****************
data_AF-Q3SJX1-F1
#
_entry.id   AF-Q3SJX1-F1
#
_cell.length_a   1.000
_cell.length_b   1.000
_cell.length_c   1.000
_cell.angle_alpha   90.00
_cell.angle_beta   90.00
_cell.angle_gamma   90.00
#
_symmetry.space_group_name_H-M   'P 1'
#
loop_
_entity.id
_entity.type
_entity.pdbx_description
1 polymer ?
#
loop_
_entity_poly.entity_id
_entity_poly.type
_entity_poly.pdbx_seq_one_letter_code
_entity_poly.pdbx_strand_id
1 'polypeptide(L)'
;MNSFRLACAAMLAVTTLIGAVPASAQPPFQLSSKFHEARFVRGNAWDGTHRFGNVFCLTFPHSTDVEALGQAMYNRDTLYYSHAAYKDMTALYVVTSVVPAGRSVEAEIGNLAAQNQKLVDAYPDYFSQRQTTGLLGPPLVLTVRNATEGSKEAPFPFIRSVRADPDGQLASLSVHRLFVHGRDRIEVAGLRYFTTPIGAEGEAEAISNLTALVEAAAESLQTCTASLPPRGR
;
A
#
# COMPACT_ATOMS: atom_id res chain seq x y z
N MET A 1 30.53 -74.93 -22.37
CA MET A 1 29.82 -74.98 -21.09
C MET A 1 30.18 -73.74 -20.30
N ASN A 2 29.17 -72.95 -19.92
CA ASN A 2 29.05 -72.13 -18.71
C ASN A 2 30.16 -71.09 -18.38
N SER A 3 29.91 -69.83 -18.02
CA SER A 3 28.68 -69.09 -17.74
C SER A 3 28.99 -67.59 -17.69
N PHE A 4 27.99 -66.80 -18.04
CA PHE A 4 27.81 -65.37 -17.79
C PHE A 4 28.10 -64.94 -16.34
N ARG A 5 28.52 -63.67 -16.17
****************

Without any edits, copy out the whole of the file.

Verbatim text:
data_AF-Q3SJX1-F1
#
_entry.id   AF-Q3SJX1-F1
#
_cell.length_a   1.000
_cell.length_b   1.000
_cell.length_c   1.000
_cell.angle_alpha   90.00
_cell.angle_beta   90.00
_cell.angle_gamma   90.00
#
_symmetry.space_group_name_H-M   'P 1'
#
loop_
_entity.id
_entity.type
_entity.pdbx_description
1 polymer ?
#
loop_
_entity_poly.entity_id
_entity_poly.type
_entity_poly.pdbx_seq_one_letter_code
_entity_poly.pdbx_strand_id
1 'polypeptide(L)'
;MNSFRLACAAMLAVTTLIGAVPASAQPPFQLSSKFHEARFVRGNAWDGTHRFGNVFCLTFPHSTDVEALGQAMYNRDTLYYSHAAYKDMTALYVVTSVVPAGRSVEAEIGNLAAQNQKLVDAYPDYFSQRQTTGLLGPPLVLTVRNATEGSKEAPFPFIRSVRADPDGQLASLSVHRLFVHGRDRIEVAGLRYFTTPIGAEGEAEAISNLTALVEAAAESLQTCTASLPPRGR
;
A
#
# COMPACT_ATOMS: atom_id res chain seq x y z
N MET A 1 30.53 -74.93 -22.37
CA MET A 1 29.82 -74.98 -21.09
C MET A 1 30.18 -73.74 -20.30
N ASN A 2 29.17 -72.95 -19.92
CA ASN A 2 29.05 -72.13 -18.71
C ASN A 2 30.16 -71.09 -18.38
N SER A 3 29.91 -69.83 -18.02
CA SER A 3 28.68 -69.09 -17.74
C SER A 3 28.99 -67.59 -17.69
N PHE A 4 27.99 -66.80 -18.04
CA PHE A 4 27.81 -65.37 -17.79
C PHE A 4 28.10 -64.94 -16.34
N ARG A 5 28.52 -63.67 -16.17